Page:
On the evening, one final note, UAH netminder David Fessenden is being evaluated further after leaving the game in the third period, and his status is unknown at this time, and Derek Krall finished the night out in net.

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Karlis Zirnis: Creating a Path at UAH Hockey

Photo Credit: UAH Athletics

Karlis Zirnis is the Associate Head Coach for Alabama Huntsville Hockey, and a proud alumnae of the program. The Riga, Latvia native is also a passionate advocate for development and genuinely enjoys recruiting the type of player that this program will need to succeed. He has coached internationally for Latvia, including at the 2014 Sochi Olympics.

First, he got to Huntsville to play ice hockey through hard work and persistence. He wrote to every program he could in hopes of playing beyond the end of his junior career. Only one program gave him a chance. Former head coach Doug Ross sent him an admission application. Karlis was able to apply and get to Huntsville. The path was not done, as he had to redshirt as a walk on and spent the year getting better. Every day he had to prove that he belonged in Huntsville and he did just that. Zirnis went on to play four years as a Charger finishing with 119 points (73 assists, 46 goals) in 143 games, and finished his time as an on ice leader for the Chargers.

After playing in various minor leagues around North America, Karlis returned to the Southern Professional League’s Huntsville Havoc to finish his playing career. In his last full season, he was the on-ice leader as captain of the Havoc.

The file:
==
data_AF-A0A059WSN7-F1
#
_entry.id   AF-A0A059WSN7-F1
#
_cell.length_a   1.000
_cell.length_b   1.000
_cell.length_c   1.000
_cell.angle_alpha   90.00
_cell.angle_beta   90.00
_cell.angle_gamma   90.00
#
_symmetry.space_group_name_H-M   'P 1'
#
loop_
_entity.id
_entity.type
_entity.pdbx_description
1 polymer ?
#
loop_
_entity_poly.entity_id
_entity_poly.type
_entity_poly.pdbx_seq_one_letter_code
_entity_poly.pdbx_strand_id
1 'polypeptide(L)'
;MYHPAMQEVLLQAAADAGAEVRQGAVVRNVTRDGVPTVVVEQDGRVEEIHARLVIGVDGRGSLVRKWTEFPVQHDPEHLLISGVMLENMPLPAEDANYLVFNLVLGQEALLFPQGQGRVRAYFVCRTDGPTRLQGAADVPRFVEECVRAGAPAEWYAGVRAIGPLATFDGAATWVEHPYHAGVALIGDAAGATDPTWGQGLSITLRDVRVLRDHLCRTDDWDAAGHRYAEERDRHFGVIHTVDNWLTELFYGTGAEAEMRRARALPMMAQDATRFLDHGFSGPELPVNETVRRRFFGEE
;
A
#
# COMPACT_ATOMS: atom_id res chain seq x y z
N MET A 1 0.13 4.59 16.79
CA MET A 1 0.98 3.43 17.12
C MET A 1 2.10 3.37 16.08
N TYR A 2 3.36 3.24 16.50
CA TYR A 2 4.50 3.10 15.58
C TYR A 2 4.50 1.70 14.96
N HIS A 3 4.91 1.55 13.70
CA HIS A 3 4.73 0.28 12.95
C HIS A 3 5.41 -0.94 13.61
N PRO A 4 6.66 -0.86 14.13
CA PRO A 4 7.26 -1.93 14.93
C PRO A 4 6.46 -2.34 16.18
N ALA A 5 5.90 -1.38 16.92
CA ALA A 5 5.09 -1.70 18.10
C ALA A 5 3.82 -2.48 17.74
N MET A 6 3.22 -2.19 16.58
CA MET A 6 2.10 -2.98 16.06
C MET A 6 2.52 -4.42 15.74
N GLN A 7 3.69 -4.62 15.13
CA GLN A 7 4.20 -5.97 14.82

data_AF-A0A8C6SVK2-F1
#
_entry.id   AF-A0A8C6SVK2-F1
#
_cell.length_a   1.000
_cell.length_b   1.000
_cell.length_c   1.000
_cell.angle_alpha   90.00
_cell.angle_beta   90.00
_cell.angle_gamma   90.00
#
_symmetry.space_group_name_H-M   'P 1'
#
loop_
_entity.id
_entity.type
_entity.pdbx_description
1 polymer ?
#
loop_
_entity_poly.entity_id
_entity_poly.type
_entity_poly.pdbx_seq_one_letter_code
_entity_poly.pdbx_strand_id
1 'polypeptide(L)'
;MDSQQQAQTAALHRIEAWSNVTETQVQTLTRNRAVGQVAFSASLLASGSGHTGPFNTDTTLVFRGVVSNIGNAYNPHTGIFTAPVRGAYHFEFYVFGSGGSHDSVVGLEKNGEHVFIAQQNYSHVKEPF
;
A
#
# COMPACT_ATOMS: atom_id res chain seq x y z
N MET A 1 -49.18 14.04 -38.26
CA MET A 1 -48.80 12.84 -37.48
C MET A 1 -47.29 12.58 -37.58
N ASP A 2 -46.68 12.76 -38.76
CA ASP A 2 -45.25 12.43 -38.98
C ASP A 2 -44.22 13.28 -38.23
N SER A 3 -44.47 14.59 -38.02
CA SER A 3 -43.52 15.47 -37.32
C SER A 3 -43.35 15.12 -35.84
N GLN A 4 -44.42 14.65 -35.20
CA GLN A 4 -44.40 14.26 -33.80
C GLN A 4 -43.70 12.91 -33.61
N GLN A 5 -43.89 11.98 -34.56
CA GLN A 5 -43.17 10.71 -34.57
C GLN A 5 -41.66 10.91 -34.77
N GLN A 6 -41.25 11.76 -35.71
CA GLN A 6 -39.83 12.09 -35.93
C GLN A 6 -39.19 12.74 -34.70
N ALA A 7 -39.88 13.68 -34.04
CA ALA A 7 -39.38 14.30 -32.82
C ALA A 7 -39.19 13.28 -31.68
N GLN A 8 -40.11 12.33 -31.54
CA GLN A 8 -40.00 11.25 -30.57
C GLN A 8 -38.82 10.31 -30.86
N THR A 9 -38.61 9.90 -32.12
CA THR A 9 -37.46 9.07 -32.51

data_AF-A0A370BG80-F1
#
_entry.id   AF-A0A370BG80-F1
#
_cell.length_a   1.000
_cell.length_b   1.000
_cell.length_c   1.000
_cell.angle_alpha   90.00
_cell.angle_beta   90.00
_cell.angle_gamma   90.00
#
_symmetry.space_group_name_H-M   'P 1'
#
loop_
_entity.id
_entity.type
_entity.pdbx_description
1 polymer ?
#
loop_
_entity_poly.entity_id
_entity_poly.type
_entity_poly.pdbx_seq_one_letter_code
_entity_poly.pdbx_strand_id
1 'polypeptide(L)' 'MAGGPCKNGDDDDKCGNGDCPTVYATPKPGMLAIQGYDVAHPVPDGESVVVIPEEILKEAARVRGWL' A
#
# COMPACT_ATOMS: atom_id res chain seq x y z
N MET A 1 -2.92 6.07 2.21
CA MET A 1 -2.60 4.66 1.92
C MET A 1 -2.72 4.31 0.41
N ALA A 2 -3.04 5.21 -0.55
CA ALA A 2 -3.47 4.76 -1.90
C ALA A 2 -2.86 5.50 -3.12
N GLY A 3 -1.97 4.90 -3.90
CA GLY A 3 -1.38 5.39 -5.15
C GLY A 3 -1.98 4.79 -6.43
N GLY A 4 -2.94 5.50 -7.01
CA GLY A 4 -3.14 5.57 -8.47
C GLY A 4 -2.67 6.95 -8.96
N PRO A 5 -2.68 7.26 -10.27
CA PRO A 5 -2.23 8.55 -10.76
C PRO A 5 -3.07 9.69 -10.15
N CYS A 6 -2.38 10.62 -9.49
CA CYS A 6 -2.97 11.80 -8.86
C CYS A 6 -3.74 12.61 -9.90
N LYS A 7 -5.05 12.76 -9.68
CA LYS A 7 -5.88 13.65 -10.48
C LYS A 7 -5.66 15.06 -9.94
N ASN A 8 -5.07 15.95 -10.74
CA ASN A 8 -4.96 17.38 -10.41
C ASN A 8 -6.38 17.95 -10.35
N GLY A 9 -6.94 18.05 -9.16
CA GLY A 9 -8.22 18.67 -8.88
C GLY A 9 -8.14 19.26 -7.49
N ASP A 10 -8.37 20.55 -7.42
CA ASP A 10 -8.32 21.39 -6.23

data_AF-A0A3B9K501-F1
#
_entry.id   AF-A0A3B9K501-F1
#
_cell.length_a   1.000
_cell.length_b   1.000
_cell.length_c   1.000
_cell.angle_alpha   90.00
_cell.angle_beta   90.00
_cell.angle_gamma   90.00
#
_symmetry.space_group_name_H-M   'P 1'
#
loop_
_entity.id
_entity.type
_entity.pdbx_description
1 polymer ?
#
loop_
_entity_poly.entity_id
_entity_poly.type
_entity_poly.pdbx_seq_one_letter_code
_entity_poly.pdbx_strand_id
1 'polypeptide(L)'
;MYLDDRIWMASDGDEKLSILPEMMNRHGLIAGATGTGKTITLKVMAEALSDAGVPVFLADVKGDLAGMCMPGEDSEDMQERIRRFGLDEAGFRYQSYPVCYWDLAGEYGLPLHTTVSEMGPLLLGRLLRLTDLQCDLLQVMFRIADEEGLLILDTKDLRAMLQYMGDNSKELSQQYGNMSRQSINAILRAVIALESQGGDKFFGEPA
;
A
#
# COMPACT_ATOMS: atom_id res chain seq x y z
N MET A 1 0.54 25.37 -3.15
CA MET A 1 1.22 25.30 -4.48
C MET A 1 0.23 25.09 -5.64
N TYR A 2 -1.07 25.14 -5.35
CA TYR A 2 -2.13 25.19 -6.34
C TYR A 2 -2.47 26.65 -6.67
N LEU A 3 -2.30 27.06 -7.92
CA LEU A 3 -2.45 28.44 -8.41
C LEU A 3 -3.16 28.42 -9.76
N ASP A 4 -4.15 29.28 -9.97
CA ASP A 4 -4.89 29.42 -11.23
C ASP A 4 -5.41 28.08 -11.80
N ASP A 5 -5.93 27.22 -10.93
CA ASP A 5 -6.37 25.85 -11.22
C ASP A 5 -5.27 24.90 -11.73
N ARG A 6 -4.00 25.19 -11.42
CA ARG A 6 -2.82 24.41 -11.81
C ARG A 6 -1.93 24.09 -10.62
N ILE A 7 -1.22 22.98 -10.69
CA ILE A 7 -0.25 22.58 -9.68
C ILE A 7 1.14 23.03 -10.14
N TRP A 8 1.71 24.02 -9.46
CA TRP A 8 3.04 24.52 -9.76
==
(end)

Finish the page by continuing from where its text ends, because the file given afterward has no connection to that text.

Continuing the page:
He then worked his way up the coaching ladder to where he is now. Along the way, Karlis has instilled his persistence and work ethic in every player he has coached along the development ladder. In addition, the network of relationships has already paid dividends for this program. Not being able to see Tyrone Bronte in person this year, he harkened back to his time with the Shreveport Mudbugs in the North American Hockey League coaching against Bronte in the semifinals. He knew Bronte’s coach with the Wilkes-Barre/Scranton Knights and was able to kickstart the conversation about Tyrone with West which eventually lead to Bronte becoming a Charger.

Once the Associate job opened at Huntsville Lance West called Karlis first. The fit was natural given that West had coached Karlis on Ross’s staff and that they had a working relationship for years after that. In addition, both men have similar philosophies on coaching and what they want to see in a recruit, especially a recruit in building a program in their image of hard work and selflessness.

Zirnis does spend a lot of time developing defenders on the team, and is the architect behind the idea to play Ayodele (Ayo) Adeniye and Bryan Scoville together. As he noted, their statistics prove they are a shutdown pair, and they play well off each other, along with being on their strong sides. It was clear to Zirnis as soon as they stepped on the ice, and the pair has continuing chemistry as a potential shutdown pair for UAH in the years ahead. They have the size and mentality needed to clear net-fronts so goalies can make stops easier, and to limit rebound goals that have plagued prior Chargers teams of recent memory.